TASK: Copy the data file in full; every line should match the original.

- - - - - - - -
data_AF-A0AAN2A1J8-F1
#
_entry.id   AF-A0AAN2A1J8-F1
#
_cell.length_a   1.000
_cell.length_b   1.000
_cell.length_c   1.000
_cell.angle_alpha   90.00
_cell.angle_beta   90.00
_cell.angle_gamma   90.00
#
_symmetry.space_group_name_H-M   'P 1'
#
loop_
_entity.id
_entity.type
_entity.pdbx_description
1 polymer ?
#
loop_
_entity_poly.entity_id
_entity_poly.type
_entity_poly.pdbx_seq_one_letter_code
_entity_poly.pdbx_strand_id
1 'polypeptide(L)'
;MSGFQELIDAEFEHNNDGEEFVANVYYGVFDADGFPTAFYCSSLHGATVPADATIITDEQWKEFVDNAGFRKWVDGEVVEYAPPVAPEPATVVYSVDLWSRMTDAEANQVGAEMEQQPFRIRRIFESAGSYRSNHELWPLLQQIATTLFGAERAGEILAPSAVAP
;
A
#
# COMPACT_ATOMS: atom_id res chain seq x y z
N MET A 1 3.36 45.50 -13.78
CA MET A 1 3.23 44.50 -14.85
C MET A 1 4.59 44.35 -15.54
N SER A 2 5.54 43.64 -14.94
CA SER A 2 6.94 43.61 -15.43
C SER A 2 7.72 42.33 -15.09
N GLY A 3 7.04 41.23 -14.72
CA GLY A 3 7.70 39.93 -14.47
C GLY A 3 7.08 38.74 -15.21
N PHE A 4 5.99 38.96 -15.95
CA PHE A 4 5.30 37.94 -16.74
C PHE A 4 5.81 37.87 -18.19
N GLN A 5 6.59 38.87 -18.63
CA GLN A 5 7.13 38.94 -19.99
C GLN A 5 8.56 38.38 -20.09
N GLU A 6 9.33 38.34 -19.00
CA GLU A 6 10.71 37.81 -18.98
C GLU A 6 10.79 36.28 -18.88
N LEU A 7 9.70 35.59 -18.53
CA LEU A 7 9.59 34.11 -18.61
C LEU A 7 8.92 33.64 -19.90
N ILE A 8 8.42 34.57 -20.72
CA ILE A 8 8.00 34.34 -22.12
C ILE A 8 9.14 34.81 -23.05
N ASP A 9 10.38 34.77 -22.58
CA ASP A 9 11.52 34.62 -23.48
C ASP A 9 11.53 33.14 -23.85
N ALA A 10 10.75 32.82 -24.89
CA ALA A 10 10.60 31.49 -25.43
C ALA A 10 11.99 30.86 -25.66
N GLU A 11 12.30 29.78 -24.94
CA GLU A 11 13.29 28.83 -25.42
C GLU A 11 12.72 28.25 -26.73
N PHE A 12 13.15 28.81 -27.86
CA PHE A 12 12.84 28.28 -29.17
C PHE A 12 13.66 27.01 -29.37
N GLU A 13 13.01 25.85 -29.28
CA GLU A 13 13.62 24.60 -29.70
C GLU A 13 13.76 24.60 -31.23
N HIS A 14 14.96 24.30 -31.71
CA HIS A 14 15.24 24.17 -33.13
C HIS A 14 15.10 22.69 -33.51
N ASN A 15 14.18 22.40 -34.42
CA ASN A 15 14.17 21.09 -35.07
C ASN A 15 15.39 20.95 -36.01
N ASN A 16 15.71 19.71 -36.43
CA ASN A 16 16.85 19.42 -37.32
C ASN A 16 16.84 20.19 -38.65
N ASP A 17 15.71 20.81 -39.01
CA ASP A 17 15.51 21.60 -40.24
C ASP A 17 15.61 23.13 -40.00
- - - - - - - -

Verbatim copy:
data_AF-A0AAN2A1J8-F1
#
_entry.id   AF-A0AAN2A1J8-F1
#
_cell.length_a   1.000
_cell.length_b   1.000
_cell.length_c   1.000
_cell.angle_alpha   90.00
_cell.angle_beta   90.00
_cell.angle_gamma   90.00
#
_symmetry.space_group_name_H-M   'P 1'
#
loop_
_entity.id
_entity.type
_entity.pdbx_description
1 polymer ?
#
loop_
_entity_poly.entity_id
_entity_poly.type
_entity_poly.pdbx_seq_one_letter_code
_entity_poly.pdbx_strand_id
1 'polypeptide(L)'
;MSGFQELIDAEFEHNNDGEEFVANVYYGVFDADGFPTAFYCSSLHGATVPADATIITDEQWKEFVDNAGFRKWVDGEVVEYAPPVAPEPATVVYSVDLWSRMTDAEANQVGAEMEQQPFRIRRIFESAGSYRSNHELWPLLQQIATTLFGAERAGEILAPSAVAP
;
A
#
# COMPACT_ATOMS: atom_id res chain seq x y z
N MET A 1 3.36 45.50 -13.78
CA MET A 1 3.23 44.50 -14.85
C MET A 1 4.59 44.35 -15.54
N SER A 2 5.54 43.64 -14.94
CA SER A 2 6.94 43.61 -15.43
C SER A 2 7.72 42.33 -15.09
N GLY A 3 7.04 41.23 -14.72
CA GLY A 3 7.70 39.93 -14.47
C GLY A 3 7.08 38.74 -15.21
N PHE A 4 5.99 38.96 -15.95
CA PHE A 4 5.30 37.94 -16.74
C PHE A 4 5.81 37.87 -18.19
N GLN A 5 6.59 38.87 -18.63
CA GLN A 5 7.13 38.94 -19.99
C GLN A 5 8.56 38.38 -20.09
N GLU A 6 9.33 38.34 -19.00
CA GLU A 6 10.71 37.81 -18.98
C GLU A 6 10.79 36.28 -18.88
N LEU A 7 9.70 35.59 -18.53
CA LEU A 7 9.59 34.11 -18.61
C LEU A 7 8.92 33.64 -19.90
N ILE A 8 8.42 34.57 -20.72
CA ILE A 8 8.00 34.34 -22.12
C ILE A 8 9.14 34.81 -23.05
N ASP A 9 10.38 34.77 -22.58
CA ASP A 9 11.52 34.62 -23.48
C ASP A 9 11.53 33.14 -23.85
N ALA A 10 10.75 32.82 -24.89
CA ALA A 10 10.60 31.49 -25.43
C ALA A 10 11.99 30.86 -25.66
N GLU A 11 12.30 29.78 -24.94
CA GLU A 11 13.29 28.83 -25.42
C GLU A 11 12.72 28.25 -26.73
N PHE A 12 13.15 28.81 -27.86
CA PHE A 12 12.84 28.28 -29.17
C PHE A 12 13.66 27.01 -29.37
N GLU A 13 13.01 25.85 -29.28
CA GLU A 13 13.62 24.60 -29.70
C GLU A 13 13.76 24.60 -31.23
N HIS A 14 14.96 24.30 -31.71
CA HIS A 14 15.24 24.17 -33.13
C HIS A 14 15.10 22.69 -33.51
N ASN A 15 14.18 22.40 -34.42
CA ASN A 15 14.17 21.09 -35.07
C ASN A 15 15.39 20.95 -36.01
N ASN A 16 15.71 19.71 -36.43
CA ASN A 16 16.85 19.42 -37.32
C ASN A 16 16.84 20.19 -38.65
N ASP A 17 15.71 20.81 -39.01
CA ASP A 17 15.51 21.60 -40.24
C ASP A 17 15.61 23.13 -40.00